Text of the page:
In the meantime, heat 1 tablespoon of olive oil in a pan and add a thinly sliced red onion. (Red onion tends to be sweeter than white or brown onion). Gently fry until soft and then add 250ml of vegan stock cube to the pan. Add a tablespoon of tomato ketchup and a splash of soy sauce. Allow the mixture to simmer, checking the seasoning after a few minutes. For an extra kick add a teaspoon of yeast extract, such as Marmite, and stir.

Now mix one and a half teaspoons of cornflour with a little water and pour into the gravy, stirring continuously. This will thicken your gravy. If you like a thicker gravy, add more cornflour and water but allow the gravy to simmer gently for a minute or two.

When ready, serve up the toad-in-the-hole with a generous helping of red onion gravy and some chopped and steamed veg (use the Nicer Dicer for speed).

Is it hard to find vegan products?

The truth is, you probably already buy and consume many vegan-friendly products without realising it.

Take these products, for example:

  • Sainsbury’s bourbon biscuits. Most biscuits will have milk or milk products in them but Sainsbury’s bourbon biscuits are completely vegan friendly. That means you don’t have to kick your biscuit habit to the kerb. Take a look at Jammie Dodgers and McVitie’s Ginger Biscuits too.
  • Crumpets – bread will often contain milk, but crumpets don’t usually contain any animal products. Always check the label, however, as some cheaper products may contain milk or milk powder.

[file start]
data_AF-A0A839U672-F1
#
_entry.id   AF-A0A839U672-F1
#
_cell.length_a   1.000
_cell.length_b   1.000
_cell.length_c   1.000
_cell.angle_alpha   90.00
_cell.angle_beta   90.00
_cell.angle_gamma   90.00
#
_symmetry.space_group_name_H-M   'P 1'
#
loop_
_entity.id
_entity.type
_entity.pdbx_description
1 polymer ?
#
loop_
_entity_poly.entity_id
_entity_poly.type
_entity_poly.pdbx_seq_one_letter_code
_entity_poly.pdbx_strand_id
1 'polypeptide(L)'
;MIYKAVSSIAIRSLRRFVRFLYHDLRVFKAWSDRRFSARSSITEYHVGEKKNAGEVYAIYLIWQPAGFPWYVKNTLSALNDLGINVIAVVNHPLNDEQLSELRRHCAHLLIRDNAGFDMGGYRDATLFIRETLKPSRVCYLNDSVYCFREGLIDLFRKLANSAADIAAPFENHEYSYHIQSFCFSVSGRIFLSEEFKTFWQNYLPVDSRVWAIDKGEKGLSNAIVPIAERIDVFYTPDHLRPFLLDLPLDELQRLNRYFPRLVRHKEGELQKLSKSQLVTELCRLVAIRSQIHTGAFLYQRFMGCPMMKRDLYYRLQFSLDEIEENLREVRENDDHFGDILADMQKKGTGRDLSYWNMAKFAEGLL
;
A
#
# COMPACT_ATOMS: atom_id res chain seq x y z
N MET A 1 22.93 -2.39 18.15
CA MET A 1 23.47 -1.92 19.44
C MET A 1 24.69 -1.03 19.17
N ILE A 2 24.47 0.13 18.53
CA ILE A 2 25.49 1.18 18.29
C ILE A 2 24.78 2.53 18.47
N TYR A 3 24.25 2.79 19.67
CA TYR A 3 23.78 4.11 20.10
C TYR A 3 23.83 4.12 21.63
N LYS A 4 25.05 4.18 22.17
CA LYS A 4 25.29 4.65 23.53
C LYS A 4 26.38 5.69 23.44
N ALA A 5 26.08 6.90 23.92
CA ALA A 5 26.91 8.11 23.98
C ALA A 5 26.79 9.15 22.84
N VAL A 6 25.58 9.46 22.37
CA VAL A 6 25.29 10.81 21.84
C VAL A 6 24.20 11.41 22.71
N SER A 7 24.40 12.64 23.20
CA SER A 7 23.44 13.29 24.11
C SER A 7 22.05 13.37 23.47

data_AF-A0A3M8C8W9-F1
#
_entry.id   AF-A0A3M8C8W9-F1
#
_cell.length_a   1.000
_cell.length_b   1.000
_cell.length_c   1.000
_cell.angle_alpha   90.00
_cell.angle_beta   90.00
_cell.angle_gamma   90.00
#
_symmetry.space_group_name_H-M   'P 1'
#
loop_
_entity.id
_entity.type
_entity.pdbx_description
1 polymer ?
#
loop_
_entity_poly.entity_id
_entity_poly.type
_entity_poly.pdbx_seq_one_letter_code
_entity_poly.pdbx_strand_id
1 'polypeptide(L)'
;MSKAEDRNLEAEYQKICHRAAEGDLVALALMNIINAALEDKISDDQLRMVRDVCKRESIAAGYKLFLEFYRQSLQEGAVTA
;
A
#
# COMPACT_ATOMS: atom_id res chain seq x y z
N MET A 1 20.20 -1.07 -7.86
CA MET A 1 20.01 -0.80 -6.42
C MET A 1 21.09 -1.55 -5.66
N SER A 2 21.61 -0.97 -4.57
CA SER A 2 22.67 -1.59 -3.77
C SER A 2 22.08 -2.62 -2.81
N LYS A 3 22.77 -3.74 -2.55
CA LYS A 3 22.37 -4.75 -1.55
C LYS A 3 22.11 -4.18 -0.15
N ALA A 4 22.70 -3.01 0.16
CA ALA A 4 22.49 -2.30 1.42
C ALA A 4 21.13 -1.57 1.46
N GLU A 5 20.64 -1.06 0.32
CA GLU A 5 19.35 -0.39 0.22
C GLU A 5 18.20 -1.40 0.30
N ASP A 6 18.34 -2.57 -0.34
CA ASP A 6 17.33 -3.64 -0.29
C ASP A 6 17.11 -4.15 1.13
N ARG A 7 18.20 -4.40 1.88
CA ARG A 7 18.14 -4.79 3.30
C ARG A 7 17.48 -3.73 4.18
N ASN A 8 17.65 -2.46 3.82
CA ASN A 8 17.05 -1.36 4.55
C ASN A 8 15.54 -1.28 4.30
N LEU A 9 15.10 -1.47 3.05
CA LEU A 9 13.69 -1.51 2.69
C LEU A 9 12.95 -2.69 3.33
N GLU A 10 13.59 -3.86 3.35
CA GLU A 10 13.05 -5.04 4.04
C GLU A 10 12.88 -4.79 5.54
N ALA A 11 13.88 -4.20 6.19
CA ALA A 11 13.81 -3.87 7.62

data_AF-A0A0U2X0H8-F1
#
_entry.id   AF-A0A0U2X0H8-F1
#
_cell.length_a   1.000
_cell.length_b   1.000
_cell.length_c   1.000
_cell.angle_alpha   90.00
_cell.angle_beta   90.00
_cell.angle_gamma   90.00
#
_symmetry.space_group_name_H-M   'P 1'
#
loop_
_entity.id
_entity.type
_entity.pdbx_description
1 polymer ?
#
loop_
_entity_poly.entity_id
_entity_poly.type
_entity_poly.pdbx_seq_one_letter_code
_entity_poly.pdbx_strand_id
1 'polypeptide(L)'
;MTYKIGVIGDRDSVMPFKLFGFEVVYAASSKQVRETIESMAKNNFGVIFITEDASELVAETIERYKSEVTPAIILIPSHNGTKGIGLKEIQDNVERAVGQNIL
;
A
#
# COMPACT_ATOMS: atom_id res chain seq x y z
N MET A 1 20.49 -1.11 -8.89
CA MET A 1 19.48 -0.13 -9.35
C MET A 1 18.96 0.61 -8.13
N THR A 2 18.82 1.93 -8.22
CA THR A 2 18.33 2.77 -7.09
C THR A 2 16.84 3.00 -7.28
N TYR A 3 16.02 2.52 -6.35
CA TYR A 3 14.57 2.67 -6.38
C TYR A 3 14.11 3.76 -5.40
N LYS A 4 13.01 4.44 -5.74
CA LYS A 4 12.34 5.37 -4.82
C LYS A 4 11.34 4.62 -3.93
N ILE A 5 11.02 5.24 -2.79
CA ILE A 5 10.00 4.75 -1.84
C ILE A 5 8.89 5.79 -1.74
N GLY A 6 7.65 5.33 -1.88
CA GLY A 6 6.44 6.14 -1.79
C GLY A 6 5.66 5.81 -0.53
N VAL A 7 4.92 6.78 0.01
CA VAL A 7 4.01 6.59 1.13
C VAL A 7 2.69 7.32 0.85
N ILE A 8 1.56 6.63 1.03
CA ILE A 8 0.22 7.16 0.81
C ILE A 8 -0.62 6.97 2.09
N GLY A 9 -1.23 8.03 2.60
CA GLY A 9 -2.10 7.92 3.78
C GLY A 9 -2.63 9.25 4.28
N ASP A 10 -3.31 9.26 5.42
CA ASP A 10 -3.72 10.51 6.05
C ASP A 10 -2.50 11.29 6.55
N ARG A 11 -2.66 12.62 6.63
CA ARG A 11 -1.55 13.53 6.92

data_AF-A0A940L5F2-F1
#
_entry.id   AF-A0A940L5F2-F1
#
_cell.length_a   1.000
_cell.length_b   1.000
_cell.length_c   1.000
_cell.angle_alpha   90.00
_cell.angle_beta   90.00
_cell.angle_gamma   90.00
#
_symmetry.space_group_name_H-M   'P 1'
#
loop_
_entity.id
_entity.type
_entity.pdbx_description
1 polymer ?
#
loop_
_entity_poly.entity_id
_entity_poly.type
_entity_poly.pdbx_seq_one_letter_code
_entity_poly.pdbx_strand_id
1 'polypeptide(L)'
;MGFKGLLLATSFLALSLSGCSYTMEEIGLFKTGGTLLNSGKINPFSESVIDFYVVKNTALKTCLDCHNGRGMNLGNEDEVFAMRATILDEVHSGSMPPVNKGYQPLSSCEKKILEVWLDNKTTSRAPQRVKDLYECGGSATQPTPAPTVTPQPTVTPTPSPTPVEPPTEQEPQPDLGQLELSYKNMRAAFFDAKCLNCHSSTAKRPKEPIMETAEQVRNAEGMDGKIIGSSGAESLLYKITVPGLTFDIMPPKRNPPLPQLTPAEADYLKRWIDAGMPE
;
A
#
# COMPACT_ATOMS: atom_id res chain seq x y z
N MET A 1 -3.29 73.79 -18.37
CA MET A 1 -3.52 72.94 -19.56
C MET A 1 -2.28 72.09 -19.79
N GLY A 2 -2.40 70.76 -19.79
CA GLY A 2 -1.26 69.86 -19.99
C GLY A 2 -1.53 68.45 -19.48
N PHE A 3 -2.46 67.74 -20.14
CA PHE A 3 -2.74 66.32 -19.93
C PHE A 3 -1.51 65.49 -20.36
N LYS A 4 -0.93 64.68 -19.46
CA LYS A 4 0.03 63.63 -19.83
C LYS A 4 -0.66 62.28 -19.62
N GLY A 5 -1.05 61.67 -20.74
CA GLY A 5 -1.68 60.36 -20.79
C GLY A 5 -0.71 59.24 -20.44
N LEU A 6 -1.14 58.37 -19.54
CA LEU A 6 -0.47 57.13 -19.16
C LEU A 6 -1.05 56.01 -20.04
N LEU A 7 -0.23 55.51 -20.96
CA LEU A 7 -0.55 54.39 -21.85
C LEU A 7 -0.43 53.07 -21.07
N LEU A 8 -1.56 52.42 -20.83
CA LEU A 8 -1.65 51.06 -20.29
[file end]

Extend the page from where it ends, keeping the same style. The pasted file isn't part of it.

• Sainsbury’s chicken flavoured noodles. It may say chicken on the packet but there aren’t any animal products in this store cupboard. You’ll find that with most noodle instant products, the flavouring is not an animal product but synthetic.
  • Pre-packed pastry products. From flaky pastry to ready-to-bake vol au vents cases, many of the pastry products in the chiller aisle are not made with butter but a synthetic version making them vegan friendly.

Many other products are vegan friendly too, such as gravy granules, high-quality peanut butters and some chocolate spreads. Creating a list of vegan-friendly products that you already eat will make Veganuary a lot easier.

Tips for conquering Veganuary

Veganuary is a great event that many people use to kickstart their new vegan lifestyle. The Vegan Society suggest:

  • Taking it slowly. Don’t beat yourself up if you inadvertently find yourself eating a product or meal with animal products in it.
  • Eat a varied diet. With veganism, you minimise or completely omit food groups that your body is used to, such as dairy or meat. There are plenty of vegan alternatives, so you’ll still get the nutrients you need from a range of food types.
  • Experiment. Being vegan means you have the chance to try lots of different, exciting foods. By experimenting and trying new things, you maintain a varied and interesting diet.

Being vegan is a choice many people are making, for health and other reasons, and with all the recipes online and vegan friendly products it doesn’t have to be difficult. Is Veganuary a choice that you’re considering this year?

Photo by Ella Olsson on Unsplash